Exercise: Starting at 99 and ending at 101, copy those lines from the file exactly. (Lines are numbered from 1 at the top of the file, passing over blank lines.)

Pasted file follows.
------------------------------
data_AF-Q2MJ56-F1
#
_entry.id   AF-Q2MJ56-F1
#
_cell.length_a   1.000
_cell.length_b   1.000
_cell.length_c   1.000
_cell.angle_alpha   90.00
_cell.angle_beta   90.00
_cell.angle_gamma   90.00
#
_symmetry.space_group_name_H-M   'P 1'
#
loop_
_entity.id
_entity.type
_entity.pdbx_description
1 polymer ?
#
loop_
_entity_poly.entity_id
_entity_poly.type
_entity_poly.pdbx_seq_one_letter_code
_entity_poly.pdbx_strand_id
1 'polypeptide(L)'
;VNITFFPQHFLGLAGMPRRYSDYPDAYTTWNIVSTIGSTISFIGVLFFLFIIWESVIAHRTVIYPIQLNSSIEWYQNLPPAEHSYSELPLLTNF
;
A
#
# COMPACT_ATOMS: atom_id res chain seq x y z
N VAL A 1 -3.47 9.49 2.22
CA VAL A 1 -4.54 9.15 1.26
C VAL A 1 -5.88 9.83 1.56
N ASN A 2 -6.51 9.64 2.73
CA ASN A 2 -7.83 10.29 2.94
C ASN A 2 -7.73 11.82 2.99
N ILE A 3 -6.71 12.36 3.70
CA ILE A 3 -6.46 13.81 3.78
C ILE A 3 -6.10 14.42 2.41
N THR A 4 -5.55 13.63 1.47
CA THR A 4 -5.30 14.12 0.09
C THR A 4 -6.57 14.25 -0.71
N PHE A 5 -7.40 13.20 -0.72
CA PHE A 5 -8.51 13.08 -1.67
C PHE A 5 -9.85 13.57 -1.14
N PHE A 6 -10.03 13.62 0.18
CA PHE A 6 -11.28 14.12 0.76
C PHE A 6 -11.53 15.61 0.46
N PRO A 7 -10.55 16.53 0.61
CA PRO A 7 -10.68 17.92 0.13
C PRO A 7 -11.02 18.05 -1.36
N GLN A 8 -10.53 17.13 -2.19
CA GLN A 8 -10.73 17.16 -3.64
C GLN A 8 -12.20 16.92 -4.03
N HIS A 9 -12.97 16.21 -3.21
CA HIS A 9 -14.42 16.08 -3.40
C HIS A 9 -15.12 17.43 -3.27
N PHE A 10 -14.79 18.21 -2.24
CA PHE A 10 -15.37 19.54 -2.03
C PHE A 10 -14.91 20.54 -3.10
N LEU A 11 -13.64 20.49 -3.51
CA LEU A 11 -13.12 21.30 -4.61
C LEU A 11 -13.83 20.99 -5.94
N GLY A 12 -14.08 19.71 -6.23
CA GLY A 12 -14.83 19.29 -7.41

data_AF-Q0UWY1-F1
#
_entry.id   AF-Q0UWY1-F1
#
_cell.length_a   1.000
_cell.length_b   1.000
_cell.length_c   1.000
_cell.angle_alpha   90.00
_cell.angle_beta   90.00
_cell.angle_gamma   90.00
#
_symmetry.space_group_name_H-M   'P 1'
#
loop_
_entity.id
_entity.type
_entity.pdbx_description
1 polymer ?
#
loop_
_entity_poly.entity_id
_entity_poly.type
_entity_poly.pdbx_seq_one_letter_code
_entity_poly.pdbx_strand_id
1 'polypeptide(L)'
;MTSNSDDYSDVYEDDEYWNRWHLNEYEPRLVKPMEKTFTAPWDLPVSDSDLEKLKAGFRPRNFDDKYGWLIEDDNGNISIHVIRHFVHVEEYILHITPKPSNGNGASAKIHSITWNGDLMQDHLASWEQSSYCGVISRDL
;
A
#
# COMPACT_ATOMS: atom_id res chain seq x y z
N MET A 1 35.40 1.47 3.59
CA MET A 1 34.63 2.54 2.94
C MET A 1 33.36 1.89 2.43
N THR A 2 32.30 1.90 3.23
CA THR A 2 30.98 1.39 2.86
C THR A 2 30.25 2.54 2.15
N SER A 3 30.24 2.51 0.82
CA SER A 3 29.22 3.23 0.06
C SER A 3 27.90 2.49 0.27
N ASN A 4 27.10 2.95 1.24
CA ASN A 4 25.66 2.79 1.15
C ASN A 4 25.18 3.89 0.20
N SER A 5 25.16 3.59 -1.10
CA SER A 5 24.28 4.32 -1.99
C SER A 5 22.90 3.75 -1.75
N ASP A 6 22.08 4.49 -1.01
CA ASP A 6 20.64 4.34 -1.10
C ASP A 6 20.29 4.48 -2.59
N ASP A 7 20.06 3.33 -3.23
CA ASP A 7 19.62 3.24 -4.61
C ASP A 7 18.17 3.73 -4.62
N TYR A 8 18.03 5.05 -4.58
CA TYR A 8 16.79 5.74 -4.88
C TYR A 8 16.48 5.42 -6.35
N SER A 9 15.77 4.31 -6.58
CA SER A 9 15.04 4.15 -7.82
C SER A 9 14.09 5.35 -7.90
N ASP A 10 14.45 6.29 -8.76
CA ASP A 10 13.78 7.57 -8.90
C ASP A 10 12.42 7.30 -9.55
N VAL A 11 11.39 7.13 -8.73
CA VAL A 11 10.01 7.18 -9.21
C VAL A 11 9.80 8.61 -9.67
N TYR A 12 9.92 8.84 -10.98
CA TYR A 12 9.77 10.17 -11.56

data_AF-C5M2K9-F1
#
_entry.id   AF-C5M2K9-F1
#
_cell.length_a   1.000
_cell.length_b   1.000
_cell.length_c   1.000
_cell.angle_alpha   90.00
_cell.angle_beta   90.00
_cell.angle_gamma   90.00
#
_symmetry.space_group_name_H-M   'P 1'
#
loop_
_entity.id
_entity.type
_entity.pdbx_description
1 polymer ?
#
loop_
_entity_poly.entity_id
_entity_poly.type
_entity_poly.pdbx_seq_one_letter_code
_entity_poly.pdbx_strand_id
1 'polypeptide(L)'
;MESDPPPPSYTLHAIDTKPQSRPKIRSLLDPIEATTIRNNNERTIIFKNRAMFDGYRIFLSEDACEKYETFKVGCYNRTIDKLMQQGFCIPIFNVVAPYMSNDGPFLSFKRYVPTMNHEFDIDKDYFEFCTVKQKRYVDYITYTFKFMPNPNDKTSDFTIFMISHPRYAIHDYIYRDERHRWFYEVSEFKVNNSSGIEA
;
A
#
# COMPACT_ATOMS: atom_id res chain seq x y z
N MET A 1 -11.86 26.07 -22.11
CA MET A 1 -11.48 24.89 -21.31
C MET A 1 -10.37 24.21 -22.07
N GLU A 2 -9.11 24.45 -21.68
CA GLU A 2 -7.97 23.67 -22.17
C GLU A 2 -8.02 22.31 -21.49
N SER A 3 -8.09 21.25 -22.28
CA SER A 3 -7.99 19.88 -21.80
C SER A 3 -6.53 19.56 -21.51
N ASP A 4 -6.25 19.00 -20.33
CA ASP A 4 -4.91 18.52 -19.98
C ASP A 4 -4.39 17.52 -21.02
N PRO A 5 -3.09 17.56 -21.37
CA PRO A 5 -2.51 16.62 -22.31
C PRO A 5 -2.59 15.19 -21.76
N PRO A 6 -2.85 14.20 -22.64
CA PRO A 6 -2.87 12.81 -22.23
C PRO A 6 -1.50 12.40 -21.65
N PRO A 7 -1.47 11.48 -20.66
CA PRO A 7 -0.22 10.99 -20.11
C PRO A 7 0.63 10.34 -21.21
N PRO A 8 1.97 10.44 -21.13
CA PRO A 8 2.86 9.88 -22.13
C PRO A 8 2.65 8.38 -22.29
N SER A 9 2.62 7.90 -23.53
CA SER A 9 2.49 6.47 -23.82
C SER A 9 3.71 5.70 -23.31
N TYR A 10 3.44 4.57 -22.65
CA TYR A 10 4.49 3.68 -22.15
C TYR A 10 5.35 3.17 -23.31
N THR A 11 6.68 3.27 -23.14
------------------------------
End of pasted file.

N THR A 2 32.30 1.90 3.23
CA THR A 2 30.98 1.39 2.86
C THR A 2 30.25 2.54 2.15